The Presbyterian Pulpit
A sermon by the Rev. Dr. David E. Leininger

THE FATHER OF THE FAITHFUL

Delivered 6/15/08
Text: Genesis 22:1-19
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Abraham - the man known to Jews, Christians and Muslims as the Father of the Faithful.

It was evening at the oasis under the oaks of Mamre. Evening in the Near East is always the most delightful time of the day. The yellow hills and sandy plains take on a soft and friendly color when night comes down, and the cool south wind begins to blow softly, refreshing the soul. Most evenings Abraham could be found there, sitting before the black tents. He would watch the children playing, listen to the contented sounds of the flocks and herds nearby, contemplate the day just complete. But not this evening.

As this day draws to its close, Abraham is two days' journey away. He and his young son Isaac along with two servants are in the desert to the north. They have made camp for the night on their way to the Mountains of Moriah. Abraham had passed this way before, many years ago, on his way from Shechem to Egypt during the great famine. Under any other circumstance, Abraham might have recalled that journey for his young companions as they sat by the crackling fire. But this night, the normally talkative man was uncharacteristically quiet. In fact, he had said little during this whole trip.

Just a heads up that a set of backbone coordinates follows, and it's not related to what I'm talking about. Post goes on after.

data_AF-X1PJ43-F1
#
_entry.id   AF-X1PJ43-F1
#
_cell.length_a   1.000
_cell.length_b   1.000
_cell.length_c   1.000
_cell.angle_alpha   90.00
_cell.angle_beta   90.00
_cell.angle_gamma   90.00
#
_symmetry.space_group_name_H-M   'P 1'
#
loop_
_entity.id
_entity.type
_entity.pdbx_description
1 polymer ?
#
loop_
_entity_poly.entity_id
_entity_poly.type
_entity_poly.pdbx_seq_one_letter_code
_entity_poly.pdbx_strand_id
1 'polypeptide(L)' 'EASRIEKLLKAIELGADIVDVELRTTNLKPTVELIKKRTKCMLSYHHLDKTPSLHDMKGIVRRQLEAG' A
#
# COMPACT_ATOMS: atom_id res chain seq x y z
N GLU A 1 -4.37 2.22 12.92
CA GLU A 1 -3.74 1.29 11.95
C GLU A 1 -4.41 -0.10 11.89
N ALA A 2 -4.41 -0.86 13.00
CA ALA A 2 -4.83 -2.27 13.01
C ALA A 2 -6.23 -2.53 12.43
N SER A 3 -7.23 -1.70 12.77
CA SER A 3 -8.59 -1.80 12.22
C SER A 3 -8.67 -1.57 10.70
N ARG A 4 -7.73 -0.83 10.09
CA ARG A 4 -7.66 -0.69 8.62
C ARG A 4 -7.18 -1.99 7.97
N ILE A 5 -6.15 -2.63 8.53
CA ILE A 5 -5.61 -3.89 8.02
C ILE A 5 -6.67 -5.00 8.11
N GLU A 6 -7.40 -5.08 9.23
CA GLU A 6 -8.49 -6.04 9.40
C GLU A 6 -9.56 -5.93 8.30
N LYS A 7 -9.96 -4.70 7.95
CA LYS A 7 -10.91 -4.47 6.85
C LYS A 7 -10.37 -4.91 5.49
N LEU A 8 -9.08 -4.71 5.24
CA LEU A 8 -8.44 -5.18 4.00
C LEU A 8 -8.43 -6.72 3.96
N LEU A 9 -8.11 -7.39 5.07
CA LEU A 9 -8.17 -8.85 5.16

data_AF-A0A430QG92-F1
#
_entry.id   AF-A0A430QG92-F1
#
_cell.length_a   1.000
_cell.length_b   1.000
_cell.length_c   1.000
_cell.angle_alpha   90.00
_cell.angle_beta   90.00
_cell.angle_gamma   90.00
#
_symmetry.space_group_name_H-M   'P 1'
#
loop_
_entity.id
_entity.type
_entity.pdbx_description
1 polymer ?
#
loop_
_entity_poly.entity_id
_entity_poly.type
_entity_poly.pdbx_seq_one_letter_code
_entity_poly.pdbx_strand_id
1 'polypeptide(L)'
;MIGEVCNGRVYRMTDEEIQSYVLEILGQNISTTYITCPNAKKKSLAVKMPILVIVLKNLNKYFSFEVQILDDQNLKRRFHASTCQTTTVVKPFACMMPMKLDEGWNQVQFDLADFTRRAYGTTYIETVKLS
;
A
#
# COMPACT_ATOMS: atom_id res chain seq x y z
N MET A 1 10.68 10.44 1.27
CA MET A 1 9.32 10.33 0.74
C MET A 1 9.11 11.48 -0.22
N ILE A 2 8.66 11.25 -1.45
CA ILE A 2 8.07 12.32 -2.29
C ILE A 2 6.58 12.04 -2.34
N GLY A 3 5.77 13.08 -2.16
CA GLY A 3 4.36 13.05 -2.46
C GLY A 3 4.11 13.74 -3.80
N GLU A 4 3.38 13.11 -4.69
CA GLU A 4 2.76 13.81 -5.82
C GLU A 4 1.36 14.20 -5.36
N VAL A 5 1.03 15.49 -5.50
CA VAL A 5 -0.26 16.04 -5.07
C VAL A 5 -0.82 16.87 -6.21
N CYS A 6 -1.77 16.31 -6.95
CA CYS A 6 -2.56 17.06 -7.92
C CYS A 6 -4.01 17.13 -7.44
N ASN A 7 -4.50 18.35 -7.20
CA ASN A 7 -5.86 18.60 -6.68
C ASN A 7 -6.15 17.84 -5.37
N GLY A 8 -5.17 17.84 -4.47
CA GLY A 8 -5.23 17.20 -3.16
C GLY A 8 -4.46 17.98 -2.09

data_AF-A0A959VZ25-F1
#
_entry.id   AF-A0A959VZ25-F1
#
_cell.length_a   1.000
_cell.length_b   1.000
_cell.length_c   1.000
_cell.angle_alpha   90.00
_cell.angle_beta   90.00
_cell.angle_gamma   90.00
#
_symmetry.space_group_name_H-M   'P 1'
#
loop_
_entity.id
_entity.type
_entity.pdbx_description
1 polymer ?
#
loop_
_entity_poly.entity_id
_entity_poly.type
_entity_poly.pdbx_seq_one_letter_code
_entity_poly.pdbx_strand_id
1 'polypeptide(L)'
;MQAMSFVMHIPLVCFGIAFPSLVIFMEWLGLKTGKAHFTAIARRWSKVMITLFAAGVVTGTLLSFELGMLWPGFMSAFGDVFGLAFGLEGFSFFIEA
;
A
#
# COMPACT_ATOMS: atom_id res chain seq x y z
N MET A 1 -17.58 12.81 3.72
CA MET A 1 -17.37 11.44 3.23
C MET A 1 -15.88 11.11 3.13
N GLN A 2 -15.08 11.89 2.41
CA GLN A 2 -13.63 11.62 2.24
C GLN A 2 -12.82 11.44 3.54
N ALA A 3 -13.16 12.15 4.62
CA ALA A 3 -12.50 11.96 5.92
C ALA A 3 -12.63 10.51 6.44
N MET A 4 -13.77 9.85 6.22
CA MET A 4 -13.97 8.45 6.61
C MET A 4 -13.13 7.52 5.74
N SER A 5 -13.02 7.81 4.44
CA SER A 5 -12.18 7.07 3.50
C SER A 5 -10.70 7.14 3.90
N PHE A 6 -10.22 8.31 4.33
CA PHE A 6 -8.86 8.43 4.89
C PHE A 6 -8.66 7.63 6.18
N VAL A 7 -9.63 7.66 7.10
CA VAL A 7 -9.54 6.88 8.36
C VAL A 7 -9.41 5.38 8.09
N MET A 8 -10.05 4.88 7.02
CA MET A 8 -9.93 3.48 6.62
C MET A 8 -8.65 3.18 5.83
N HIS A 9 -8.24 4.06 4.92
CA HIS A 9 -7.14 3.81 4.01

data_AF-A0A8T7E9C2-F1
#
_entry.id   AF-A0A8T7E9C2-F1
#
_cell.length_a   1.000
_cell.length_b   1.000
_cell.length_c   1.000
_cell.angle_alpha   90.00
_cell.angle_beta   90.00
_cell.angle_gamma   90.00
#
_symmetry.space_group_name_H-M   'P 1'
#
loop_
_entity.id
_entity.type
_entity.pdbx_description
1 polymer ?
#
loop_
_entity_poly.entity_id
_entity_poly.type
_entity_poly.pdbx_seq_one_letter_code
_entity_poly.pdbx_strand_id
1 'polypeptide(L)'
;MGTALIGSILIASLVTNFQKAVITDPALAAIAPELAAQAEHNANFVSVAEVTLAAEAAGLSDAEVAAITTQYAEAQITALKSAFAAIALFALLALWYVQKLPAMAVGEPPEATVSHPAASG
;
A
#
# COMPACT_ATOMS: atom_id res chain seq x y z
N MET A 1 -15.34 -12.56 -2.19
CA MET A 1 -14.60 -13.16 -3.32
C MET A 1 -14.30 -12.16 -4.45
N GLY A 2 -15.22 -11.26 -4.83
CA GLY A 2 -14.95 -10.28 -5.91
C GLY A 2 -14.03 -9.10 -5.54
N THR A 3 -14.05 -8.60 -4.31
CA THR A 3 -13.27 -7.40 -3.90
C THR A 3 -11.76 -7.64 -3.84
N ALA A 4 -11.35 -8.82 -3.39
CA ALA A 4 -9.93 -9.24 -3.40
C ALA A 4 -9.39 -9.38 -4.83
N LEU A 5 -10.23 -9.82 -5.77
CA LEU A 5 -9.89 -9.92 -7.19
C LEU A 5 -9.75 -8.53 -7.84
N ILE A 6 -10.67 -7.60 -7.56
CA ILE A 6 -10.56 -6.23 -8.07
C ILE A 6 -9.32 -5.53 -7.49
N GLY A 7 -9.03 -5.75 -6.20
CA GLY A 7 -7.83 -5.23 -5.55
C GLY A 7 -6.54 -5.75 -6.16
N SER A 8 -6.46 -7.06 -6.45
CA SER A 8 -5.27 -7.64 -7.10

Isaac had worried. "Father, what is troubling you? Why are you so silent? Have I done something to offend?"

"No, my son, everything is all right."

But everything was NOT all right. How could it be? Abraham had made many journeys in his life, but none like this one. You see, this was not so much a journey as a mission - Abraham had been given a task by the Most High God, and this man of faith was carrying it out.